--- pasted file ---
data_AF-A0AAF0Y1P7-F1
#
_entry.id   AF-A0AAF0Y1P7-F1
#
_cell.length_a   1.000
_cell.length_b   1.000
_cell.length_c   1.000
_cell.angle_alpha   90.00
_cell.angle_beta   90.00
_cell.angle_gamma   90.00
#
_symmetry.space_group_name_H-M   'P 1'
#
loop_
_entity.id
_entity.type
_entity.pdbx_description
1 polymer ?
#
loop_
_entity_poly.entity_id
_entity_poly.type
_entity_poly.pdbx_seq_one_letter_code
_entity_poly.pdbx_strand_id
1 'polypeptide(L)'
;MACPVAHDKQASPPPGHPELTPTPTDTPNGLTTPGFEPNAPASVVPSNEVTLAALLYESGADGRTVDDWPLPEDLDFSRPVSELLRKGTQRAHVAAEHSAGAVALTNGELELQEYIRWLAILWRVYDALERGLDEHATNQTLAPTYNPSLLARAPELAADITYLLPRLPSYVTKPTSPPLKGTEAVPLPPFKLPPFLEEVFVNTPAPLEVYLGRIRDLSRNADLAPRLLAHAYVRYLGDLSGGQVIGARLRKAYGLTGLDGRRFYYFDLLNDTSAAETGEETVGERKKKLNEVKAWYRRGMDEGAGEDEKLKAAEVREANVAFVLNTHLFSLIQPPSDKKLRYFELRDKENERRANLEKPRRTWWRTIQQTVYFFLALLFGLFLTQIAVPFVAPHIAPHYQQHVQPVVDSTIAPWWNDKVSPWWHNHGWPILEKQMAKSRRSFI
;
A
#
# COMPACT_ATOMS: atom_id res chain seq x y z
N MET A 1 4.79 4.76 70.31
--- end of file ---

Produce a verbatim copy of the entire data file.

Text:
data_AF-A0AAF0Y1P7-F1
#
_entry.id   AF-A0AAF0Y1P7-F1
#
_cell.length_a   1.000
_cell.length_b   1.000
_cell.length_c   1.000
_cell.angle_alpha   90.00
_cell.angle_beta   90.00
_cell.angle_gamma   90.00
#
_symmetry.space_group_name_H-M   'P 1'
#
loop_
_entity.id
_entity.type
_entity.pdbx_description
1 polymer ?
#
loop_
_entity_poly.entity_id
_entity_poly.type
_entity_poly.pdbx_seq_one_letter_code
_entity_poly.pdbx_strand_id
1 'polypeptide(L)'
;MACPVAHDKQASPPPGHPELTPTPTDTPNGLTTPGFEPNAPASVVPSNEVTLAALLYESGADGRTVDDWPLPEDLDFSRPVSELLRKGTQRAHVAAEHSAGAVALTNGELELQEYIRWLAILWRVYDALERGLDEHATNQTLAPTYNPSLLARAPELAADITYLLPRLPSYVTKPTSPPLKGTEAVPLPPFKLPPFLEEVFVNTPAPLEVYLGRIRDLSRNADLAPRLLAHAYVRYLGDLSGGQVIGARLRKAYGLTGLDGRRFYYFDLLNDTSAAETGEETVGERKKKLNEVKAWYRRGMDEGAGEDEKLKAAEVREANVAFVLNTHLFSLIQPPSDKKLRYFELRDKENERRANLEKPRRTWWRTIQQTVYFFLALLFGLFLTQIAVPFVAPHIAPHYQQHVQPVVDSTIAPWWNDKVSPWWHNHGWPILEKQMAKSRRSFI
;
A
#
# COMPACT_ATOMS: atom_id res chain seq x y z
N MET A 1 4.79 4.76 70.31